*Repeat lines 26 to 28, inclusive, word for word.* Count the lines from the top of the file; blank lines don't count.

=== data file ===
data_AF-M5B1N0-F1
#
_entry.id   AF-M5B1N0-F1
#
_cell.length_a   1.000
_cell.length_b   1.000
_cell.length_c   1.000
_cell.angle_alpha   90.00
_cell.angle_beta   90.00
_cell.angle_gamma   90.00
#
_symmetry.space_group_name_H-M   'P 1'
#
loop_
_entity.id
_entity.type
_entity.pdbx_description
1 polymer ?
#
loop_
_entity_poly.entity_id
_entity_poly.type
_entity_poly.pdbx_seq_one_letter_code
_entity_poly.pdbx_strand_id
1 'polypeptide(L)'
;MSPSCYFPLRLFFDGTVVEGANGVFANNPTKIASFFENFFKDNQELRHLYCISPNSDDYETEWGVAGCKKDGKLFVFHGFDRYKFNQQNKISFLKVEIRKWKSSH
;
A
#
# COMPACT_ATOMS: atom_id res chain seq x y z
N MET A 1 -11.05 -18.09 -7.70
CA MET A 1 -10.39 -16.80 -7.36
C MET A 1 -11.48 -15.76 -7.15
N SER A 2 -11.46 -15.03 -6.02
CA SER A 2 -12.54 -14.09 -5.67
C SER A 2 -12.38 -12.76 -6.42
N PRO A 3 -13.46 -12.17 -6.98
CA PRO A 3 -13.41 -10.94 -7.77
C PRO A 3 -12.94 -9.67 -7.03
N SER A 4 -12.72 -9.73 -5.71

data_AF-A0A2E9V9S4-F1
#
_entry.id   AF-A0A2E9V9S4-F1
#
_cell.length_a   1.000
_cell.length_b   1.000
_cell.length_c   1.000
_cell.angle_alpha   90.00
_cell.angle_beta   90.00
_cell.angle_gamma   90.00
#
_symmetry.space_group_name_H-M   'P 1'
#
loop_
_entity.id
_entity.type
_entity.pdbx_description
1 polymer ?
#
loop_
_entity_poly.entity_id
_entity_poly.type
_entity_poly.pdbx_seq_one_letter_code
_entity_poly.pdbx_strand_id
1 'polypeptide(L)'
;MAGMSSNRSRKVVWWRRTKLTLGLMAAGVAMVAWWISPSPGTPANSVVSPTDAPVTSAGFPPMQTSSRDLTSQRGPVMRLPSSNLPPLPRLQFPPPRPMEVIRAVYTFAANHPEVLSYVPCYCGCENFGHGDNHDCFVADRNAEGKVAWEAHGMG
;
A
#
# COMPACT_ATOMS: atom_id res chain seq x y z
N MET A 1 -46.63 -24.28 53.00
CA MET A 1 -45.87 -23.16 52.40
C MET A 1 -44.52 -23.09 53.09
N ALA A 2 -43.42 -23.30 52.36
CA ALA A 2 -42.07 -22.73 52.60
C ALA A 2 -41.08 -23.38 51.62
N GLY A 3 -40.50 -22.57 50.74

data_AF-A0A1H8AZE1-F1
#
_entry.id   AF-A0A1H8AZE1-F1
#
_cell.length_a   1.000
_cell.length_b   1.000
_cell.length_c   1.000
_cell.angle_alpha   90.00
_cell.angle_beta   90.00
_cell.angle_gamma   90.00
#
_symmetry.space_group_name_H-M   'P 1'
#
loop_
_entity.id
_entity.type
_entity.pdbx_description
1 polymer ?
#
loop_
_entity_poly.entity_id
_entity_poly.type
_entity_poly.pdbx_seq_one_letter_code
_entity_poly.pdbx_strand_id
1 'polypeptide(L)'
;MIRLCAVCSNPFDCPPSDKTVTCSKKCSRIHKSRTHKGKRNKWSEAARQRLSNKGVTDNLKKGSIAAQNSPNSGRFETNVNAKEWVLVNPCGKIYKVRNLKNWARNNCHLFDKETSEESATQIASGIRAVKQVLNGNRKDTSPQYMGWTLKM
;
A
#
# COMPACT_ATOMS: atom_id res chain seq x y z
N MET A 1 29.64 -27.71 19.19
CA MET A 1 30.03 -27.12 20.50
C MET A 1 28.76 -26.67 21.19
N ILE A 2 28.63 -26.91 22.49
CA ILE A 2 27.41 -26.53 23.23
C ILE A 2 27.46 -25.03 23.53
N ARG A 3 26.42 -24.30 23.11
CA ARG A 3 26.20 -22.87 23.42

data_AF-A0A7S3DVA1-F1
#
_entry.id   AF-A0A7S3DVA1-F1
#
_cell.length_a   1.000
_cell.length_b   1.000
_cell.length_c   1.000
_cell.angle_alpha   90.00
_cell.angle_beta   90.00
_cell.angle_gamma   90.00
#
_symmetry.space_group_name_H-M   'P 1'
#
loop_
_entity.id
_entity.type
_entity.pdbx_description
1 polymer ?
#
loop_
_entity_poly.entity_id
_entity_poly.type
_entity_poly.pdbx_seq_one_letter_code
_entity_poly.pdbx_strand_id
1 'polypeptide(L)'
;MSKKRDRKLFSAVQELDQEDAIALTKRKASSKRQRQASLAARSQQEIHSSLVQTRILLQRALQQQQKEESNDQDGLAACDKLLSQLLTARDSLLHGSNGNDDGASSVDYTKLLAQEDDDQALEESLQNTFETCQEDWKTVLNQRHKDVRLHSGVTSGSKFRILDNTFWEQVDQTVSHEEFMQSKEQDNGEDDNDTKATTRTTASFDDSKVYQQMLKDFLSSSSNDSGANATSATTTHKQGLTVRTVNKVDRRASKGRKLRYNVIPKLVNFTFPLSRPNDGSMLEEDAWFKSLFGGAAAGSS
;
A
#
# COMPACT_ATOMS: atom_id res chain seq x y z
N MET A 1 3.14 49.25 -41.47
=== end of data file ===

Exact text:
;MSPSCYFPLRLFFDGTVVEGANGVFANNPTKIASFFENFFKDNQELRHLYCISPNSDDYETEWGVAGCKKDGKLFVFHGFDRYKFNQQNKISFLKVEIRKWKSSH
;
A